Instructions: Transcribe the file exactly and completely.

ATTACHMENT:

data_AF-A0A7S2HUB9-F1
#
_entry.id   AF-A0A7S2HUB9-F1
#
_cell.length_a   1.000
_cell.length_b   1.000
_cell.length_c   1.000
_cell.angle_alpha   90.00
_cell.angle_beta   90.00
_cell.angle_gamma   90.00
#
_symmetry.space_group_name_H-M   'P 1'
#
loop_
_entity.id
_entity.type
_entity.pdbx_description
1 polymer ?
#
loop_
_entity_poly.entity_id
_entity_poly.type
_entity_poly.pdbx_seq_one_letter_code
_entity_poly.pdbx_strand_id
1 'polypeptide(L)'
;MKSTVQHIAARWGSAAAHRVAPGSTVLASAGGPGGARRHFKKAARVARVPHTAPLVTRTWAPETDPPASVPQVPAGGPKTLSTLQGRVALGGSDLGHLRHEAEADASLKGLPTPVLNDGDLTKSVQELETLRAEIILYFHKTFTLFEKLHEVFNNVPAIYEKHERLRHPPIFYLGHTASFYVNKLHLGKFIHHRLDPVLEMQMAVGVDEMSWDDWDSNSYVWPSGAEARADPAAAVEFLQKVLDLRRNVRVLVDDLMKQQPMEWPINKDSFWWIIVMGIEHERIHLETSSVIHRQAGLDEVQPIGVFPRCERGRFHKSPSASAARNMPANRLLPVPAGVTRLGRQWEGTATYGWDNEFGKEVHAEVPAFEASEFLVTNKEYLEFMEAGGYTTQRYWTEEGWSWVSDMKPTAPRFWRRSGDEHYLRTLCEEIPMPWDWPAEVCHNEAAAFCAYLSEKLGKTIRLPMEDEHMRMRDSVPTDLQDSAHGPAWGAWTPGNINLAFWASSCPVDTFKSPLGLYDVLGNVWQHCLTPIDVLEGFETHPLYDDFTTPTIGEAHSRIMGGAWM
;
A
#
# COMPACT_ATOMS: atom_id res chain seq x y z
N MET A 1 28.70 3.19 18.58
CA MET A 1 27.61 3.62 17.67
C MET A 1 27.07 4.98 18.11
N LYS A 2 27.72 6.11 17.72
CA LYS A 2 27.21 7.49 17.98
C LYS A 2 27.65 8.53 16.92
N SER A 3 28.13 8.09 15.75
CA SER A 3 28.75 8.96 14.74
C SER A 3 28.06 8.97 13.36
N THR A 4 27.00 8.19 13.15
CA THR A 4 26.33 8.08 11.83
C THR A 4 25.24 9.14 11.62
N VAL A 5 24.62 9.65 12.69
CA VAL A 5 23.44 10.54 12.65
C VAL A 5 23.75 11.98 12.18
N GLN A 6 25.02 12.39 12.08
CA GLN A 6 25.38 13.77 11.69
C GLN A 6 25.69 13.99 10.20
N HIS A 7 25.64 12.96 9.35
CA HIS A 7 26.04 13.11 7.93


data_AF-A0A7S2HUB9-F1
#
_entry.id   AF-A0A7S2HUB9-F1
#
_cell.length_a   1.000
_cell.length_b   1.000
_cell.length_c   1.000
_cell.angle_alpha   90.00
_cell.angle_beta   90.00
_cell.angle_gamma   90.00
#
_symmetry.space_group_name_H-M   'P 1'
#
loop_
_entity.id
_entity.type
_entity.pdbx_description
1 polymer ?
#
loop_
_entity_poly.entity_id
_entity_poly.type
_entity_poly.pdbx_seq_one_letter_code
_entity_poly.pdbx_strand_id
1 'polypeptide(L)'
;MKSTVQHIAARWGSAAAHRVAPGSTVLASAGGPGGARRHFKKAARVARVPHTAPLVTRTWAPETDPPASVPQVPAGGPKTLSTLQGRVALGGSDLGHLRHEAEADASLKGLPTPVLNDGDLTKSVQELETLRAEIILYFHKTFTLFEKLHEVFNNVPAIYEKHERLRHPPIFYLGHTASFYVNKLHLGKFIHHRLDPVLEMQMAVGVDEMSWDDWDSNSYVWPSGAEARADPAAAVEFLQKVLDLRRNVRVLVDDLMKQQPMEWPINKDSFWWIIVMGIEHERIHLETSSVIHRQAGLDEVQPIGVFPRCERGRFHKSPSASAARNMPANRLLPVPAGVTRLGRQWEGTATYGWDNEFGKEVHAEVPAFEASEFLVTNKEYLEFMEAGGYTTQRYWTEEGWSWVSDMKPTAPRFWRRSGDEHYLRTLCEEIPMPWDWPAEVCHNEAAAFCAYLSEKLGKTIRLPMEDEHMRMRDSVPTDLQDSAHGPAWGAWTPGNINLAFWASSCPVDTFKSPLGLYDVLGNVWQHCLTPIDVLEGFETHPLYDDFTTPTIGEAHSRIMGGAWM
;
A
#
# COMPACT_ATOMS: atom_id res chain seq x y z
N MET A 1 28.70 3.19 18.58
CA MET A 1 27.61 3.62 17.67
C MET A 1 27.07 4.98 18.11
N LYS A 2 27.72 6.11 17.72
CA LYS A 2 27.21 7.49 17.98
C LYS A 2 27.65 8.53 16.92
N SER A 3 28.13 8.09 15.75
CA SER A 3 28.75 8.96 14.74
C SER A 3 28.06 8.97 13.36
N THR A 4 27.00 8.19 13.15
CA THR A 4 26.33 8.08 11.83
C THR A 4 25.24 9.14 11.62
N VAL A 5 24.62 9.65 12.69
CA VAL A 5 23.44 10.54 12.65
C VAL A 5 23.75 11.98 12.18
N GLN A 6 25.02 12.39 12.08
CA GLN A 6 25.38 13.77 11.69
C GLN A 6 25.69 13.99 10.20
N HIS A 7 25.64 12.96 9.35
CA HIS A 7 26.04 13.11 7.93